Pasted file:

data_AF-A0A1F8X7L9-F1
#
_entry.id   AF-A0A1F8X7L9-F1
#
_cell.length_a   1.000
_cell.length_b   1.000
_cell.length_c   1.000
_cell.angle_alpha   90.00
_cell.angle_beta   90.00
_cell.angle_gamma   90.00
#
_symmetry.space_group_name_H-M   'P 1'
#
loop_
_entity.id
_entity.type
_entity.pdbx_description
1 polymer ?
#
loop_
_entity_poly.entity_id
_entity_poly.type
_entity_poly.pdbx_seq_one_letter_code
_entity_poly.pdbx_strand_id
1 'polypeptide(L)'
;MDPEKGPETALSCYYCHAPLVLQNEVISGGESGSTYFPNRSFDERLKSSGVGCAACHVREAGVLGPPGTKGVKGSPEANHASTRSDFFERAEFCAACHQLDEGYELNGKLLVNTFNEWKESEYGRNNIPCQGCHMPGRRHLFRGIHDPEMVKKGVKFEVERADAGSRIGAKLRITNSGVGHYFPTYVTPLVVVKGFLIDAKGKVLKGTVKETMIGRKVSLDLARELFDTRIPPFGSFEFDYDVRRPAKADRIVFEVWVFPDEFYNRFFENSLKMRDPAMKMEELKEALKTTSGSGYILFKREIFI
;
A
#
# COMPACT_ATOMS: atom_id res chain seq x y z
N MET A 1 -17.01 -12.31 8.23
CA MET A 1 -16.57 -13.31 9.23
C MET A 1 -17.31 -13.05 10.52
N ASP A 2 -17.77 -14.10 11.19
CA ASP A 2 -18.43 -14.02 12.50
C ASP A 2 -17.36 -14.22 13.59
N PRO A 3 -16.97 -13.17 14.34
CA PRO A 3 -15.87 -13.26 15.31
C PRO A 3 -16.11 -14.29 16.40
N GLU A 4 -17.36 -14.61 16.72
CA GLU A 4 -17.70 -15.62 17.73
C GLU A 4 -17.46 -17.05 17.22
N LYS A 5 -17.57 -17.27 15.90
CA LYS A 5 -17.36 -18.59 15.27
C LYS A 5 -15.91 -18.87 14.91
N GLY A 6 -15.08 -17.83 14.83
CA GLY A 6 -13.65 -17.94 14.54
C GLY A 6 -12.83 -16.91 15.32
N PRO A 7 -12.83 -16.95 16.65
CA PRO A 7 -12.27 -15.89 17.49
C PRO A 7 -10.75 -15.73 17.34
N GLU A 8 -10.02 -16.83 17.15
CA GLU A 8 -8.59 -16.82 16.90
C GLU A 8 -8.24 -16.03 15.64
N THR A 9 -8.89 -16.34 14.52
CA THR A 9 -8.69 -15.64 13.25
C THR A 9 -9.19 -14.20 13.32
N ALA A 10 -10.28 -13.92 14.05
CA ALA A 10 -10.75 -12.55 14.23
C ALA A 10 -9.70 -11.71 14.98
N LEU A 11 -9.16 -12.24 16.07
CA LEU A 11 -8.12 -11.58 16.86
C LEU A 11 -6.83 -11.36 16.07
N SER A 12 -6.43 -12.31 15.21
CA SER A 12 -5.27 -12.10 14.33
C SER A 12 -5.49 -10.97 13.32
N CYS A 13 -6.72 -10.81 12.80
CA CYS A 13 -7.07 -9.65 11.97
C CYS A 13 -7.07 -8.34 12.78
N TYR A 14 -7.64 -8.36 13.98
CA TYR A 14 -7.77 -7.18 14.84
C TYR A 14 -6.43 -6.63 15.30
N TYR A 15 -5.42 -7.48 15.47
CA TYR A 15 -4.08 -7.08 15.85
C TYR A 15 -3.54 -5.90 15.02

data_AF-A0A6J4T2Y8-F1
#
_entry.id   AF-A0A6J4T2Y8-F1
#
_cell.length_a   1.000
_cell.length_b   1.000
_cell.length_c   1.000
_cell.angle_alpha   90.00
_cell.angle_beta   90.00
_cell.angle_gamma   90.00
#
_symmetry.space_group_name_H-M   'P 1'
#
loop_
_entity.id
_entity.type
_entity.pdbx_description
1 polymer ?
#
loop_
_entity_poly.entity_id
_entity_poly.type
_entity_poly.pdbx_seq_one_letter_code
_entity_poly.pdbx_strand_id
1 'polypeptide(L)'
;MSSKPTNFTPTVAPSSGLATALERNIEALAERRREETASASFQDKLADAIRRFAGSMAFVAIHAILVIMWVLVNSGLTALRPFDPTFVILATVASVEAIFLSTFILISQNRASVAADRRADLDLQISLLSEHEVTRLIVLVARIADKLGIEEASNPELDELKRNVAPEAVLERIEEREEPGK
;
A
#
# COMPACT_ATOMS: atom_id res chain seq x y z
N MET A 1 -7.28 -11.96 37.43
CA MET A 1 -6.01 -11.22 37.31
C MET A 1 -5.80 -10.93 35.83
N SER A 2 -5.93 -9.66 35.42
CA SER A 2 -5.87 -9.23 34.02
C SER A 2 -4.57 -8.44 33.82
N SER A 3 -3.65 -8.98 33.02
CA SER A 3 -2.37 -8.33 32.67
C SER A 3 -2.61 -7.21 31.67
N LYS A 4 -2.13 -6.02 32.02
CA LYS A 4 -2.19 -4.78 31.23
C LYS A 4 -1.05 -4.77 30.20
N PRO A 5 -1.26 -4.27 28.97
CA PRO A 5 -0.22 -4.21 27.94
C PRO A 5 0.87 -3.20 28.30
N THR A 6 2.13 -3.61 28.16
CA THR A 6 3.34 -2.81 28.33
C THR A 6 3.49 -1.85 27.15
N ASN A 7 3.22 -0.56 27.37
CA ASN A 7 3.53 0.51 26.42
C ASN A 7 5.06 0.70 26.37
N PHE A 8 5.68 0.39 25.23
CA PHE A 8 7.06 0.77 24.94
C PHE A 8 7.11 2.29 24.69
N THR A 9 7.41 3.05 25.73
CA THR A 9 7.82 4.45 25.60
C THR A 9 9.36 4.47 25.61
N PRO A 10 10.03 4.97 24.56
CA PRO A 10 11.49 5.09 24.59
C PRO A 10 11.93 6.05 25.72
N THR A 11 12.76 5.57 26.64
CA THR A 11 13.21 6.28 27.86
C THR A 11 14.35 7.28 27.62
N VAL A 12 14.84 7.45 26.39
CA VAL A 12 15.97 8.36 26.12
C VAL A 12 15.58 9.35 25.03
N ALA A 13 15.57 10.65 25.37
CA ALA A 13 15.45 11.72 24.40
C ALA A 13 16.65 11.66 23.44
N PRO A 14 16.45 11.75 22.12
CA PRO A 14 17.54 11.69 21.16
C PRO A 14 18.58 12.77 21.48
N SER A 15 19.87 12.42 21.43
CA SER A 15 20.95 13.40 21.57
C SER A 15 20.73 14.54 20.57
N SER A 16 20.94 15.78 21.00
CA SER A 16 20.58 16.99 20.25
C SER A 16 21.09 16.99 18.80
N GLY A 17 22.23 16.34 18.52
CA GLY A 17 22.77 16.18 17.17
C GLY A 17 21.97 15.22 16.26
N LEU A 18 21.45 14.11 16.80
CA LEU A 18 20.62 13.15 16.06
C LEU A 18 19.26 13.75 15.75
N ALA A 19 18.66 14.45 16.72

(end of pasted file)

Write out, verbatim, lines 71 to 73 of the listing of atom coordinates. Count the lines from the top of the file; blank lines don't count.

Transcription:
CA TYR A 14 -7.77 -7.18 14.84
C TYR A 14 -6.43 -6.63 15.30
N TYR A 15 -5.42 -7.48 15.47